SHOULD THERE BE A TOLL TO PAY ON CAPE LEVEQUE ROAD?
Road works on Cape Leveque Road are well underway, as we observed on our trip up the Dampier Peninsula last week. And it seems like the peninsula is preparing for the predicted 40% rise in tourists, with many new campgrounds and tourism offerings opening up. But how will all of these visitors impact on the pristine nature of this region? Does a management plan need to be put in place now? Is a toll the way to go? Leave your comments below!
CAPE LEVEQUE ROAD
Cape Leveque Road begins 20km out of Broome and runs north for 220km to the tip of the Dampier Peninsula, ending at the community of Ardyaloon / One Arm Point. There are many indigenous communities and businesses up the Dampier Peninsula and the red dirt road has historically limited vehicles to 4×4’s. But, this is all going to change once the road has been sealed (expected completion 2021).
The $65m Broome Cape Leveque Road Upgrade Project is on track for completion in 2021. Construction and bitumen sealing of the 90km unsealed section of the road will be completed over the next year. Reconstruction of existing narrow sealed (~13km) section off Broome Road is planned for upgrade in 2021, including the upgrade of the intersection at Broome Road, subject to funds.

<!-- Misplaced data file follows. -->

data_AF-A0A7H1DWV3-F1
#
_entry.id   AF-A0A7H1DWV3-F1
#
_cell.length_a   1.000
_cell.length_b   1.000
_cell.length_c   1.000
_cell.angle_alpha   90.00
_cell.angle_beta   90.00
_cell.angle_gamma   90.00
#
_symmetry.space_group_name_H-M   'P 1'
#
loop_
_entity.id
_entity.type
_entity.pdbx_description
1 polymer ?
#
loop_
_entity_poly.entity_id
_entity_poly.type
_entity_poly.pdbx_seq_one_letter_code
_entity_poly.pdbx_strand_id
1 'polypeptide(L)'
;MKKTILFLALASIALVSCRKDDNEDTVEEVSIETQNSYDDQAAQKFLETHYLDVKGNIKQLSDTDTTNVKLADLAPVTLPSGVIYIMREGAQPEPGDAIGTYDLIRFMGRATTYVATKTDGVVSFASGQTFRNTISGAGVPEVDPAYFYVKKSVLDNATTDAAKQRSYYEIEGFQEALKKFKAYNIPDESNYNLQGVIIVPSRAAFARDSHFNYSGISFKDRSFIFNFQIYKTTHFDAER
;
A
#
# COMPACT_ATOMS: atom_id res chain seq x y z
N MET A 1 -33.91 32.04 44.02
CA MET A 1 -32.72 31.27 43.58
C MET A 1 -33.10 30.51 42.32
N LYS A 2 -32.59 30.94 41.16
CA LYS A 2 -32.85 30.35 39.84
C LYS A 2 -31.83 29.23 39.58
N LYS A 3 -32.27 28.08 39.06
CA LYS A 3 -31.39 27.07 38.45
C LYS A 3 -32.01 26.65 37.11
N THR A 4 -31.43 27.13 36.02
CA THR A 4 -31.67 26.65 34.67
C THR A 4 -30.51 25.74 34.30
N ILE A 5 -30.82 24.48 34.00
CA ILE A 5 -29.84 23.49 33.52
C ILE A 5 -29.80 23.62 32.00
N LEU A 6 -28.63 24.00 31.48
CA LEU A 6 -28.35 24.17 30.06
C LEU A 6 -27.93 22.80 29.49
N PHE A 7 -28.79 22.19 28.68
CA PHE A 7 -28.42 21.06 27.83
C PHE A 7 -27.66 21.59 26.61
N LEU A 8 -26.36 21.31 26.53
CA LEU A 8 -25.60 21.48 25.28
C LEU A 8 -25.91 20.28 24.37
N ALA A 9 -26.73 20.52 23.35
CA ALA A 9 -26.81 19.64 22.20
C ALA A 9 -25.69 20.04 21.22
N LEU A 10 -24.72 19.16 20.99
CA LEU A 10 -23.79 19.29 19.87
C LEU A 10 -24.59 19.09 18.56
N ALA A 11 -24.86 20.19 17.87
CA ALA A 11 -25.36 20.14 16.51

— Main Roads
SEALING THE ROAD
Last week we travelled the full length of Cape Leveque Road, right up to the tip of the peninsula. The road works are going full steam ahead and there is now a side road running alongside the main road (in parts) to travel on while the main part is being worked on. With visitation to the peninsula expected to increase by over 40% once the road has been completely sealed, there are new campgrounds and tourism businesses beginning to pop up. The expected increase in tourism numbers has also raised concerns about the management of the peninsula.
Broome-based environmental group Environs Kimberley has suggested a full social impact assessment of the road upgrade. In this article published by the ABC, EK Director Martin Pritchard said that the road could become the “road to Paradise Lost” unless more was done to protect “this jewel of Aboriginal culture and nature-based tourism on Broome’s doorstep”.
“”One idea is to charge a toll for non-local visitors. This would fund environmental management and more rangers.” Said Mr. Pritchard to the ABC.
After the ABC published this article in May 2019, the Kimberley Land Council was approved for funding (June 2019) for a 12-month project to support engagement between Traditional Owners and communities on the Dampier Peninsula, and the State Government, around impacts and opportunities from the sealing of the Cape Leveque Road. Per this statement on the KLC’s website, “The main priorities of the new project are to assist the Damper Peninsula Working Group to identify strategies, which will protect the unique environmental and cultural heritage values of the Dampier Peninsula and mitigate negative impacts of the sealing of the Cape Leveque Road on Traditional Owner interests.”